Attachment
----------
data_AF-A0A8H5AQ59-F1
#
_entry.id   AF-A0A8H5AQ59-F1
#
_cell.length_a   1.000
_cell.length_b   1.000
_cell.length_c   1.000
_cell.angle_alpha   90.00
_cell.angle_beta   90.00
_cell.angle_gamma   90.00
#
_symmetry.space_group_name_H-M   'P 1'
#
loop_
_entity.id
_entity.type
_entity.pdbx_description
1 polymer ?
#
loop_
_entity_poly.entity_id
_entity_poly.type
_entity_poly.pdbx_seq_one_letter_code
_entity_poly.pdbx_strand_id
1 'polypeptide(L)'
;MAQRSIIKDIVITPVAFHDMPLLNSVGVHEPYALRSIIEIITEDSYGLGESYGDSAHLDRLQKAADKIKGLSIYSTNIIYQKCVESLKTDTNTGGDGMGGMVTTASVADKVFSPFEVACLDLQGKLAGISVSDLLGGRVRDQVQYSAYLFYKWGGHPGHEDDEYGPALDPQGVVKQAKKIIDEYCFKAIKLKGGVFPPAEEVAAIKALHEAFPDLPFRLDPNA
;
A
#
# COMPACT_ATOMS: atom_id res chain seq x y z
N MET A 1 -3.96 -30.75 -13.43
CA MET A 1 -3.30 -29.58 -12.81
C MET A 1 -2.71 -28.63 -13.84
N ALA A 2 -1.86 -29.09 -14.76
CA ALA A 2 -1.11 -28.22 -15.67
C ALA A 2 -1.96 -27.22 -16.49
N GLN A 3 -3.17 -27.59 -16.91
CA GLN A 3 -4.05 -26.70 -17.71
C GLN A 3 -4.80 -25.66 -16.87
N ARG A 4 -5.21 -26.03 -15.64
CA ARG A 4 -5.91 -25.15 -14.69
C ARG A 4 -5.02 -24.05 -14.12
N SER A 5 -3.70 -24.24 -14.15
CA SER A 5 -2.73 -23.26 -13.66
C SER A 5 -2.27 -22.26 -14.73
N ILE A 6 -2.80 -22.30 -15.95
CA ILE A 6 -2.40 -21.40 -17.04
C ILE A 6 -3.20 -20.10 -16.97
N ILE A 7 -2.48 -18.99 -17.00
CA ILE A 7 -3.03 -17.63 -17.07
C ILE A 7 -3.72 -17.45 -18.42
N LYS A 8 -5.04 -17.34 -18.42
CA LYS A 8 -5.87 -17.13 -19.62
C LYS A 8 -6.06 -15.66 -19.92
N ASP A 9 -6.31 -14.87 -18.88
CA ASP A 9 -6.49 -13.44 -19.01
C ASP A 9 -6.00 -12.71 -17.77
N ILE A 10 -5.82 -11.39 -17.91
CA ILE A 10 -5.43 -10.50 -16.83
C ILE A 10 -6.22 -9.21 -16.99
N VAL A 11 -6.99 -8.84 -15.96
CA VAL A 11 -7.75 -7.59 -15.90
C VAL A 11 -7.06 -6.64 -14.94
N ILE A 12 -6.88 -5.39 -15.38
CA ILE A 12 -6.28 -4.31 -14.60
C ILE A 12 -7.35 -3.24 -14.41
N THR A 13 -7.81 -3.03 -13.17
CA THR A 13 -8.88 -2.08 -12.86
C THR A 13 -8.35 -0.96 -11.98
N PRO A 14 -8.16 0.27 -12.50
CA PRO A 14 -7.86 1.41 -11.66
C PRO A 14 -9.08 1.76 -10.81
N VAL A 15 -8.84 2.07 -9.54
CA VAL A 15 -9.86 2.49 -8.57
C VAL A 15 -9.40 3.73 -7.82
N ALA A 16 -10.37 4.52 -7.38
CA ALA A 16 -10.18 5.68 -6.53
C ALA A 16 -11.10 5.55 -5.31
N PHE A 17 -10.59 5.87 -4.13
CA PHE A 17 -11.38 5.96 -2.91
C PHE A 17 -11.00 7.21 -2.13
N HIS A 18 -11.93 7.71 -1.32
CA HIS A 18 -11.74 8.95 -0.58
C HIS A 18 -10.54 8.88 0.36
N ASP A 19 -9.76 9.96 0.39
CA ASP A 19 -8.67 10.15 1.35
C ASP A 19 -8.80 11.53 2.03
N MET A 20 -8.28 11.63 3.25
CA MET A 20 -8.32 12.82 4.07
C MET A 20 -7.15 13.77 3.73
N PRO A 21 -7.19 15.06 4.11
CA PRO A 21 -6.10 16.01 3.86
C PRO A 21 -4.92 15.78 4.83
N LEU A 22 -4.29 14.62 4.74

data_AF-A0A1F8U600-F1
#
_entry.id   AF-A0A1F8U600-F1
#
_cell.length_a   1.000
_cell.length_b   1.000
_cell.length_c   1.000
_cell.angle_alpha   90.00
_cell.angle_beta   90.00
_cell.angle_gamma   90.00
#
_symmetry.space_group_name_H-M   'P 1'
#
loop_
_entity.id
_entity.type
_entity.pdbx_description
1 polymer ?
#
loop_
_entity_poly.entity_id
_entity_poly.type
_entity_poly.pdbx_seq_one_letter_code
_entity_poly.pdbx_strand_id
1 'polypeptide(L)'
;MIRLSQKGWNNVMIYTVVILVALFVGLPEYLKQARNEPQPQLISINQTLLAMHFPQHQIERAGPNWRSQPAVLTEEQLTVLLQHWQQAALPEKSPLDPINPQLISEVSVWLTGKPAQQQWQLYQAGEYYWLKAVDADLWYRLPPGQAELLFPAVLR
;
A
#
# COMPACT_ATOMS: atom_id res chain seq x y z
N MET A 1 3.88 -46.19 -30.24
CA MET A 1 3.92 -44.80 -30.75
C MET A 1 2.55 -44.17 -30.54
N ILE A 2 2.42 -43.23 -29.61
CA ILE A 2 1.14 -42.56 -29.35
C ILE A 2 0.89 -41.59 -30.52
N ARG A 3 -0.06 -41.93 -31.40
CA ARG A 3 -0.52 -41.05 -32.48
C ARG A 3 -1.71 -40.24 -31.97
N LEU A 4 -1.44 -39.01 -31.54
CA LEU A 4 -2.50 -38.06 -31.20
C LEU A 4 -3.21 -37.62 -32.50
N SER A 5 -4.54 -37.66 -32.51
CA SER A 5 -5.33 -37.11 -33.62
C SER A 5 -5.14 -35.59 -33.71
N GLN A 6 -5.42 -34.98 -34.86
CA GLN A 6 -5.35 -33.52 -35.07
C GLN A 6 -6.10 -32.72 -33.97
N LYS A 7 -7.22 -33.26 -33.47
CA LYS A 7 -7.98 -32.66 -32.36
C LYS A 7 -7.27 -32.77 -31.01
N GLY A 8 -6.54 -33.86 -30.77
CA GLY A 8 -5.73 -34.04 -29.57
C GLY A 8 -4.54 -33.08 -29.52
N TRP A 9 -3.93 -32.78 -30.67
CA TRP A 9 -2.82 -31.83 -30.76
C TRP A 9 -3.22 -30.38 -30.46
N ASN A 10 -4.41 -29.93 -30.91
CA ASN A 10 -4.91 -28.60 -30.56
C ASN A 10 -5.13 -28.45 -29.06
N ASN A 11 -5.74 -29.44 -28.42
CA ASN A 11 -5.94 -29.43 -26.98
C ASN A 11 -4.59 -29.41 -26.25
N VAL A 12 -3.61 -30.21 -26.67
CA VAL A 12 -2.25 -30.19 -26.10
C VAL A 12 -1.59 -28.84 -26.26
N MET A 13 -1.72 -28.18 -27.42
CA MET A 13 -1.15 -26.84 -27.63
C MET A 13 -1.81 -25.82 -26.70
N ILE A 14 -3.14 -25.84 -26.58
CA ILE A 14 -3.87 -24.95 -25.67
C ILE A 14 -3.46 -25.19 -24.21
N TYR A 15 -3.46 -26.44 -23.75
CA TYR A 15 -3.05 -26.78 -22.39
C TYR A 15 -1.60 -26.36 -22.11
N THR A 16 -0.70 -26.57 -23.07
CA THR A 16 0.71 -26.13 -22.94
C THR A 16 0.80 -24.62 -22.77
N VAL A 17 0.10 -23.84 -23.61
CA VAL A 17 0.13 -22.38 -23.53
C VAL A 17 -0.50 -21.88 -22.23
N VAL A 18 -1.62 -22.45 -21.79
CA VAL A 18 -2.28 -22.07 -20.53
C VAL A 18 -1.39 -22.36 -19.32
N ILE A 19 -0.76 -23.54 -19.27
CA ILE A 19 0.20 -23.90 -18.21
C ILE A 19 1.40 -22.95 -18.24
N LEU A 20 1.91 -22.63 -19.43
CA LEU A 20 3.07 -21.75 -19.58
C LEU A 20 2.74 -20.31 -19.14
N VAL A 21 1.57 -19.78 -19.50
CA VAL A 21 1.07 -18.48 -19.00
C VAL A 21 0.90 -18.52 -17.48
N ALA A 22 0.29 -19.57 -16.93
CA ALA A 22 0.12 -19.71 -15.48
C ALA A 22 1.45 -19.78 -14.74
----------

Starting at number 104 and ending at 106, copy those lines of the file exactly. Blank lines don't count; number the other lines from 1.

_cell.angle_gamma   90.00
#
_symmetry.space_group_name_H-M   'P 1'